50 must see YouTube videos to learn about the U.S. environmental policy | SolReka – Alternative Energy, News, Conspiracy Blog

50 must see YouTube videos to learn about the U.S. environmental policy | SolReka – Alternative Energy, News, Conspiracy Blog.

I think we should make it a lab goal to watch one of these at every lab meeting.


coffee connection: the sustainability dance

Today I discussed the difference between a curriculum that supports sustainability education versus cross-curricular activities that supports education for sustainability. The discussion began eight a few weeks ago when we met at a sustainability teaching workshop. At the workshop, we began a dialogue about pedagogy for sustainability. It began when groups of instructors and professors developed small course activity focused on sustainability issues. As each group presented a 15 min. lesson plan based on an object provided by the workshop coordinators,the types of comments they received from other faculty at the University focused on elements that made the activity useful in a traditional “active learning” sense. This was unsatisfying to me. Having read a lot of Arnim Wiek’s writing on sustainability pedagogy that synthesizes across the sustainability majors and sustainable development majors. His review identifies five areas of “competency” for sustainability as a field. This includes building a capacity to: think about systems, understand the normative dimensions of decision-making,connect future scenarios with current action, evaluate the influence and feasibility of interventions,and develop knowledge beyond an individual’s capacity. In the workshop we talked about systems thinking, but not these other five elements. Further, we did not discuss whether these elements were all equivalently appropriate in it the case where sustainability education is infused across many curricula instead of existing in a single department, major, or center. I thought about this a lot in terms of Jennifer teaching, which includes dance courses offered to non-dance majors. In her teaching, she has encountered many students to do not think, for example, that climate change is an issue that they should understand or want to understand.

Philosophically, I believe adding you types of people to think about sustainability is perhaps the biggest challenge and the the biggest opportunity facing educators. If indeed we do share a common future, that future depends on activating systems of knowledge across interests and experiences. What it requires, is developing open-mindedness in a way that does not preclude evaluation. That is to say, the ability to understand competing viewpoints and evaluate their legitimacy with respect to a host of valuable outcomes.  An earlier presentation by Terry Chapin at the NRES seminar inspired similar thoughts.  the activities Jennifer developed related to bird migration and understanding all birds are real opportunities to inspire creativity. These activities can both engage broader audiences than is possible through fact sheets or other common ways of directly providing scientific information. This is a benefit both to the bread for people in each wing scientific information a lot broader impacts and to the scientists themselves because it provides new ways of experiencing knowledge and confronting relationships. Jennifer that the forefront of recognizing this connection.  She developed this amazing birdbrain project that introduces migration physiology and behavior to audiences through dance (see video below).   She has a nonprofit organization in New York City called Interdisciplinary Laboratory for Art Nature and Dance (iLAND ) that sponsors scientists and choreographers to work together to understand urban ecology through movement, science, and mutual inquiry.  This was especially exciting to me given recent work with documentary filmmakers about urban exposure to lead through the pbcookies project and earlier work with photographers at Arizona State University to understand the role of water in the desert.  on a more idiosyncratic level, it was great to hear that iLAND was sponsoring collaborative work that built on the Public Laboratory for Open Technology and Science DIY remote sensing balloon project and was familiar with the urban ecology work of Steward Pickett and and the Baltimore LTER. This bodes well for many of the urban gardening ancillary projects that Kirsten and I have discussed.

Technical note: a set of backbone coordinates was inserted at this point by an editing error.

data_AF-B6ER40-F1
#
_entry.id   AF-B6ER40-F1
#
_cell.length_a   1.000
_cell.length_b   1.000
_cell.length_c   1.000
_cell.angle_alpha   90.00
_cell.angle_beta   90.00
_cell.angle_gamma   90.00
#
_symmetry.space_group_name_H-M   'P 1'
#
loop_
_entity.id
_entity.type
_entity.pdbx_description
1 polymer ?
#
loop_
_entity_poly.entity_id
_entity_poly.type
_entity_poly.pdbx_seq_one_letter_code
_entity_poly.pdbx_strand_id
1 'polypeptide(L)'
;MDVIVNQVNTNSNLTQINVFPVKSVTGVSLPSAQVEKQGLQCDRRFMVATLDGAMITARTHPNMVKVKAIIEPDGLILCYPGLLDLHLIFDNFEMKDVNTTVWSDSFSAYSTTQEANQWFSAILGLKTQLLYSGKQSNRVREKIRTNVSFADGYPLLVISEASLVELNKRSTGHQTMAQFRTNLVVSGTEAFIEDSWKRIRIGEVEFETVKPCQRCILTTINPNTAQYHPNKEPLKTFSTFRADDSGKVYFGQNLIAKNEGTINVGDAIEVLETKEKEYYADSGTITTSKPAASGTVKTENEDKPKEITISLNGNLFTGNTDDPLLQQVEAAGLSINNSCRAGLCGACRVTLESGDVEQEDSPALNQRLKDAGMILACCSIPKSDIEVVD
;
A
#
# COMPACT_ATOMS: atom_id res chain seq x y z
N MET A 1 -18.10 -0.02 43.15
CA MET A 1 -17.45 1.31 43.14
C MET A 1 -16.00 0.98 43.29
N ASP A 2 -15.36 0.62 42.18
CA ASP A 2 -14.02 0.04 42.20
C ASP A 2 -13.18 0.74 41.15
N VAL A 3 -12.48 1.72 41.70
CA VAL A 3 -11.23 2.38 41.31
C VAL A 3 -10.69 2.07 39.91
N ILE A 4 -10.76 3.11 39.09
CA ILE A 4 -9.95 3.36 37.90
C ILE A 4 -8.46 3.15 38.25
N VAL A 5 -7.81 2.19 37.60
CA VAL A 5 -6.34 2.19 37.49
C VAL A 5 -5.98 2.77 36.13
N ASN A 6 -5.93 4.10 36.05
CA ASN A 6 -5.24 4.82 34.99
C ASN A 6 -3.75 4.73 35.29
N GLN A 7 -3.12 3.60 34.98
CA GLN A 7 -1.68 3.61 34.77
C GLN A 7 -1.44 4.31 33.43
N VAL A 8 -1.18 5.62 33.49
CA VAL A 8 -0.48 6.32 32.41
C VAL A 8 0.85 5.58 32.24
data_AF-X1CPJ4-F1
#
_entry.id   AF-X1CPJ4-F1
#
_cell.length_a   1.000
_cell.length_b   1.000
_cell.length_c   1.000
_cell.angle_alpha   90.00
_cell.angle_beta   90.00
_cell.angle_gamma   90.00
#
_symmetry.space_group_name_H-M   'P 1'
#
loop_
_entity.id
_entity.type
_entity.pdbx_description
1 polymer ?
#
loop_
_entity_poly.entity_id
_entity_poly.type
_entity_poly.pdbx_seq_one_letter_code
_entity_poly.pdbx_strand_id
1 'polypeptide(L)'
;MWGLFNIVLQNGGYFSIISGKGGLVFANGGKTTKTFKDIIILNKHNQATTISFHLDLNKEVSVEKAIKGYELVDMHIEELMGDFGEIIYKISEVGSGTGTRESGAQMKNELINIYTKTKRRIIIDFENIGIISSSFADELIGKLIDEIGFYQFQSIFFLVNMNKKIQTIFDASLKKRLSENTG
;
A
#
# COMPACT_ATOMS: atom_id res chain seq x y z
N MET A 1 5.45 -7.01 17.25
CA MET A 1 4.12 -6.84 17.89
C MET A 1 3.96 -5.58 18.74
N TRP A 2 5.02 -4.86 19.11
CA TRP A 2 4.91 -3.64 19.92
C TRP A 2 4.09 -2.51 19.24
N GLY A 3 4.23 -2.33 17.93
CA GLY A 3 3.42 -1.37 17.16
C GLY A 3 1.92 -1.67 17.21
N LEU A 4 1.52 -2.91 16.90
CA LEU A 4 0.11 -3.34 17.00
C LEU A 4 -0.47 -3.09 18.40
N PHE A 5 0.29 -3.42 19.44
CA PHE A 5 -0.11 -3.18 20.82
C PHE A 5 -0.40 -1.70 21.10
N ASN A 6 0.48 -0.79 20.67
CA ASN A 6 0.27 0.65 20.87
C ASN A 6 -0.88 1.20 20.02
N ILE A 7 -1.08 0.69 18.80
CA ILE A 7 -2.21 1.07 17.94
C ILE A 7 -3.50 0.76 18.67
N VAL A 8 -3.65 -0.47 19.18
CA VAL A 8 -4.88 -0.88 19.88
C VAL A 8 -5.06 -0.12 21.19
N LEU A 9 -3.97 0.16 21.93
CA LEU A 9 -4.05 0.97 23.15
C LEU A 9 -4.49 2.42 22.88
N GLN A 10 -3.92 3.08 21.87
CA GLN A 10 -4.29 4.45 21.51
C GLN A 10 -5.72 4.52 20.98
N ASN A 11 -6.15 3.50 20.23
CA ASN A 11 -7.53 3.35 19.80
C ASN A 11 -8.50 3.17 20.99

If you are a nerd like us, here is the Weik paper citation:

Wiek, A., Withycombe, L., & Redman, C. L. (2011). Key competencies in sustainability: a reference framework for academic program development. Sustainability Science, 6(2), 203-218. doi:10.1007/s11625-011-0132-6

Cool links: Urban forest radio essays

Good friend and collaborator Dr. Kirsten Schwarz presented research at the 2012 Association of American Geographers that focused on the relationships between patterns in the social and economic diversity of a city and the distribution or urban tree canopy. Her work makes comparisons across several U.S. cities that have tree planting initiatives and asks whether the ways these new trees are distributed could reduce environmental inequities and lays the groundwork for future work concerning the ultimate impact of tree location on public health and the services urban ecosystems provide to local residents, and the economic costs and benefits of different planting and maintenance strategies. She passed along TALES FROM URBAN FORESTS , produced by the US Forest Service that is a great resource for people interested in learning about urban forests.  After living in Phoenix, I’m partial to the stories about the impacts of the urban heat island effect on human health, especially in poorer neighborhoods.